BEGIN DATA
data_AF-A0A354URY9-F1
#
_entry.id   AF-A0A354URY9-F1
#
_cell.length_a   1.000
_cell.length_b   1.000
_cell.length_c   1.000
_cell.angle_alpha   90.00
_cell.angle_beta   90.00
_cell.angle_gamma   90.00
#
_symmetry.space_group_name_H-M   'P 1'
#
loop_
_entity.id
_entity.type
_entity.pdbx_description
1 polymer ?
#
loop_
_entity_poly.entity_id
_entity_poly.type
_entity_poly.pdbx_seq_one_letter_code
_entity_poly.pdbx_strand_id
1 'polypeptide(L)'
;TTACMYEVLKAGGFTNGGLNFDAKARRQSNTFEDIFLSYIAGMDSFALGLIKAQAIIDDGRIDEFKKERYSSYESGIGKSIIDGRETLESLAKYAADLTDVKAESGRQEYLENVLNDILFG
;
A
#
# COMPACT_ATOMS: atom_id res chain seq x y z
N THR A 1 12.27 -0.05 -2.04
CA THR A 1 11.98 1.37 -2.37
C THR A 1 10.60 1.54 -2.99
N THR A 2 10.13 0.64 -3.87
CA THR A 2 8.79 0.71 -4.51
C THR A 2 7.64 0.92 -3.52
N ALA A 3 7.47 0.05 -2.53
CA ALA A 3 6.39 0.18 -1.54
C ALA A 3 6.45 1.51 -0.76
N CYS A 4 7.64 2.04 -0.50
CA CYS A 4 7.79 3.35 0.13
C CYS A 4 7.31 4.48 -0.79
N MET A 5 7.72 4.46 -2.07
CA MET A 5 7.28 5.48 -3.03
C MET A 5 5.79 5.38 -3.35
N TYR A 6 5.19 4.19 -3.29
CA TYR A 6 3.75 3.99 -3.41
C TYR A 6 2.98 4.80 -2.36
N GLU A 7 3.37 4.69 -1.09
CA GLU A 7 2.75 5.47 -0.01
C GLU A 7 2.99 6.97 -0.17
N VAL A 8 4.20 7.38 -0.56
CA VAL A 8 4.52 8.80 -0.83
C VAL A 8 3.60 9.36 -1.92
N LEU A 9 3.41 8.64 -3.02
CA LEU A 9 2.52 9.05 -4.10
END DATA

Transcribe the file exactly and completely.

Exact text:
data_AF-A0A354URY9-F1
#
_entry.id   AF-A0A354URY9-F1
#
_cell.length_a   1.000
_cell.length_b   1.000
_cell.length_c   1.000
_cell.angle_alpha   90.00
_cell.angle_beta   90.00
_cell.angle_gamma   90.00
#
_symmetry.space_group_name_H-M   'P 1'
#
loop_
_entity.id
_entity.type
_entity.pdbx_description
1 polymer ?
#
loop_
_entity_poly.entity_id
_entity_poly.type
_entity_poly.pdbx_seq_one_letter_code
_entity_poly.pdbx_strand_id
1 'polypeptide(L)'
;TTACMYEVLKAGGFTNGGLNFDAKARRQSNTFEDIFLSYIAGMDSFALGLIKAQAIIDDGRIDEFKKERYSSYESGIGKSIIDGRETLESLAKYAADLTDVKAESGRQEYLENVLNDILFG
;
A
#
# COMPACT_ATOMS: atom_id res chain seq x y z
N THR A 1 12.27 -0.05 -2.04
CA THR A 1 11.98 1.37 -2.37
C THR A 1 10.60 1.54 -2.99
N THR A 2 10.13 0.64 -3.87
CA THR A 2 8.79 0.71 -4.51
C THR A 2 7.64 0.92 -3.52
N ALA A 3 7.47 0.05 -2.53
CA ALA A 3 6.39 0.18 -1.54
C ALA A 3 6.45 1.51 -0.76
N CYS A 4 7.64 2.04 -0.50
CA CYS A 4 7.79 3.35 0.13
C CYS A 4 7.31 4.48 -0.79
N MET A 5 7.72 4.46 -2.07
CA MET A 5 7.28 5.48 -3.03
C MET A 5 5.79 5.38 -3.35
N TYR A 6 5.19 4.19 -3.29
CA TYR A 6 3.75 3.99 -3.41
C TYR A 6 2.98 4.80 -2.36
N GLU A 7 3.37 4.69 -1.09
CA GLU A 7 2.75 5.47 -0.01
C GLU A 7 2.99 6.97 -0.17
N VAL A 8 4.20 7.38 -0.56
CA VAL A 8 4.52 8.80 -0.83
C VAL A 8 3.60 9.36 -1.92
N LEU A 9 3.41 8.64 -3.02
CA LEU A 9 2.52 9.05 -4.10